TODAY is International Credit Union Day. Jamaican credit unions started in 1941 with the Young Men's Sodality of the Holy Trinity (Roman Catholic) Cathedral. However, Sodality was the second credit union to be registered, with Kingston Clerks Credit Union being the first. The Sodality Credit Union members organised other credit unions at other Roman Catholic churches and formed the Jamaica Co-operative Credit Union League in 1942. The Credit Union League was instrumental in getting the Jamaica Fisherman's Co-operative Union off the ground.
All co-operatives, whether financial (credit unions) or service, came about because of hard times. In 1941 in Jamaica, black people could not get loans in banks and had to rely on loan sharks who wanted 75 per cent interest.
At that time, the descendants of the planter class were for the most part still in Jamaica and wanted to keep the masses in a state as close as possible to slavery. The Young Men's Sodality of Holy Trinity Cathedral prayed for a solution as they meditated on the Bible and certain social encyclicals of the popes.
And they came up with the idea of credit unions. Their American moderator Father John Peter Sullivan guided them along this path as he told them of credit unions that the Catholic Church had in the United States of America and Canada. And those, in a nutshell, are the circumstances in which the credit union movement was born in Jamaica.
In the early days of credit unions, applicants had to be trained for six months at St George's College Extension School before becoming members. During that time they were taught business principles, thrift and the need for a properly developed conscience in paying their loan debts so that others could benefit.
In 1950 the Co-operative Act was enacted to govern both credit unions and all other co-operatives such as the Jamaica Welfare Co-operatives, the Jamaica Agricultural Society Co-operatives and the Fishermen's Co-operatives. Although credit unions have done a lot to empower people in Jamaica, much more could have been done. A lack of unity in Jamaica, because of the way in which families are structured, and the fact that beginning around the 1960s a new generation of credit unionists have been elected directors, who did not have the vision of the early pioneers, are the reasons more has not been done.
Where are the co-operative businesses financed by credit unions? Why is it that co-operatives, after more than 70 years of existence, do not control the commanding heights of the economy through tourism, agriculture, manufacturing and whatever else?
On Monday we observed National Heroes Day. It was actually the vision of at least two of our national heroes, Marcus Garvey and Norman Washington Manley, that the poor of Jamaica should be empowered through co-operative ventures instead of constantly eking out a living from their meagre wages.
The best way, as I see it, is through the co-operative movement. But first, Jamaicans will need to learn to work together. The National Union of Co-operative Societies and the Credit Union League should organise programmes that teach people across Jamaica how to empower themselves through co-operatives.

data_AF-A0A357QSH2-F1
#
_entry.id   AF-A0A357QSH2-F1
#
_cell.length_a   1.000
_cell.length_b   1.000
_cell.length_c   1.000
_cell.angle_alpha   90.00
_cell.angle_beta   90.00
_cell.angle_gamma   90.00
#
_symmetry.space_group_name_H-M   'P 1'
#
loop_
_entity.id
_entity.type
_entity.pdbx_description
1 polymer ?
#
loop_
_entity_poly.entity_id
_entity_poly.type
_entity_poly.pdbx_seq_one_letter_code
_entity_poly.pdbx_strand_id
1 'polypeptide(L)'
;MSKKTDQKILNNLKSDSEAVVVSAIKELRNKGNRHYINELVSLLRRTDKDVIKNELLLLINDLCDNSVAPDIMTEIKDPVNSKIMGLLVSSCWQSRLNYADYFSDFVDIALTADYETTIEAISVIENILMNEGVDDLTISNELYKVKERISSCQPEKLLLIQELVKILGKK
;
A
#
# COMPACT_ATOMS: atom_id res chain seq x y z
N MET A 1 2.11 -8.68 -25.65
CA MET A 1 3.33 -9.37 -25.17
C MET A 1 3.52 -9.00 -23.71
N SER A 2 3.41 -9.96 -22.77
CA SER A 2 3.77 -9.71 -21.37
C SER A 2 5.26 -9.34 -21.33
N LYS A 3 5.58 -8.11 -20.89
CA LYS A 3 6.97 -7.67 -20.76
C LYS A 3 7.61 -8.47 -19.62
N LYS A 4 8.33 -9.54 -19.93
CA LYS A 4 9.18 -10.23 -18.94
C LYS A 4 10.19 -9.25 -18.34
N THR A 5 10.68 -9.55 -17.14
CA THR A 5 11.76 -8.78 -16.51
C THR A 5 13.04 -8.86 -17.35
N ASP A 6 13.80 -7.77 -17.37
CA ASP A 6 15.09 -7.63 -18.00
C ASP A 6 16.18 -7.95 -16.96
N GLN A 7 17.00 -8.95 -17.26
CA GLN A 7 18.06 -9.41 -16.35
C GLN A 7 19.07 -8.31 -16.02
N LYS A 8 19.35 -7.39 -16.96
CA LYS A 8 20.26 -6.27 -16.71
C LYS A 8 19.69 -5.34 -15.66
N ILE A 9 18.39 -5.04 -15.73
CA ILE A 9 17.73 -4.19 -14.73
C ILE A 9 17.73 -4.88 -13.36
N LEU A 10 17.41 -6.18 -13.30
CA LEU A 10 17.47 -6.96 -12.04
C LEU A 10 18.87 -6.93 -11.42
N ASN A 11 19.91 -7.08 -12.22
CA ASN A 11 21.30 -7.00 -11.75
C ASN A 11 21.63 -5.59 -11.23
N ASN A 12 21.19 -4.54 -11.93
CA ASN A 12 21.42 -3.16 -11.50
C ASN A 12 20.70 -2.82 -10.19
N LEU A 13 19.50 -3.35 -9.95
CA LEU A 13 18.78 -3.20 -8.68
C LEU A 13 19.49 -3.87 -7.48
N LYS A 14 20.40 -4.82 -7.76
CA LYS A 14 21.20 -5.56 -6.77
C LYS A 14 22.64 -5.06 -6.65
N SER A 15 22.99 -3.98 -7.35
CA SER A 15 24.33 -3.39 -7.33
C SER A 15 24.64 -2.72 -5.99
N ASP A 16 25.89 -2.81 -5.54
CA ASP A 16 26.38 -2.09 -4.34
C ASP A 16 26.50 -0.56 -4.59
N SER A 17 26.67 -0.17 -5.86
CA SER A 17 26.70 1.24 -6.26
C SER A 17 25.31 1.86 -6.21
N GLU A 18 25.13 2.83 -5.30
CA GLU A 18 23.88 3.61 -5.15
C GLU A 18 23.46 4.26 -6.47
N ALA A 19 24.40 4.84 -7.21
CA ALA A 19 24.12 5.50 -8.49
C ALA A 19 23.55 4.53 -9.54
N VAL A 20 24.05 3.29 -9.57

But even if the governing groups of the co-operative movement do not, there is nothing to stop others from educating Jamaicans about the true potentials of co-operatives in general and credit unions in particular. I am willing to teach co-operative principles one or two hours per week if I am remunerated by a collection taken up before or after each class.
Some credit unions sponsor football teams. There are also staff football teams which play in the various competitions available. Can football be used as a way of teaching teamwork to credit unionists? We could use the existing football teams of people over the age of 16 to explain co-operative principles. Let them form co-operative businesses while joining the various credit unions. Let them understand the importance of the general meetings, and at the meetings they should vote that some of the surplus be used to finance such ventures.
Unity is one thing that is needed, but there also needs to be a belief that it can be done. Too many of us are still in mental slavery where we believe that the planter class, which in a real way no longer exists, should do big projects. Or at least the mercantile class should do them. How many of us are willing to give voluntary service in getting people to join credit unions or service co-operatives? Can I find even five volunteers to help me to organise members to understand credit union democracy?
Once again the nation is going through hard times as we have not received any loan from the International Monetary Fund, for we have not yet worked out the conditionalities of the next loan from the fund. This is the time for the co-operative movement, especially the credit union movement, to act.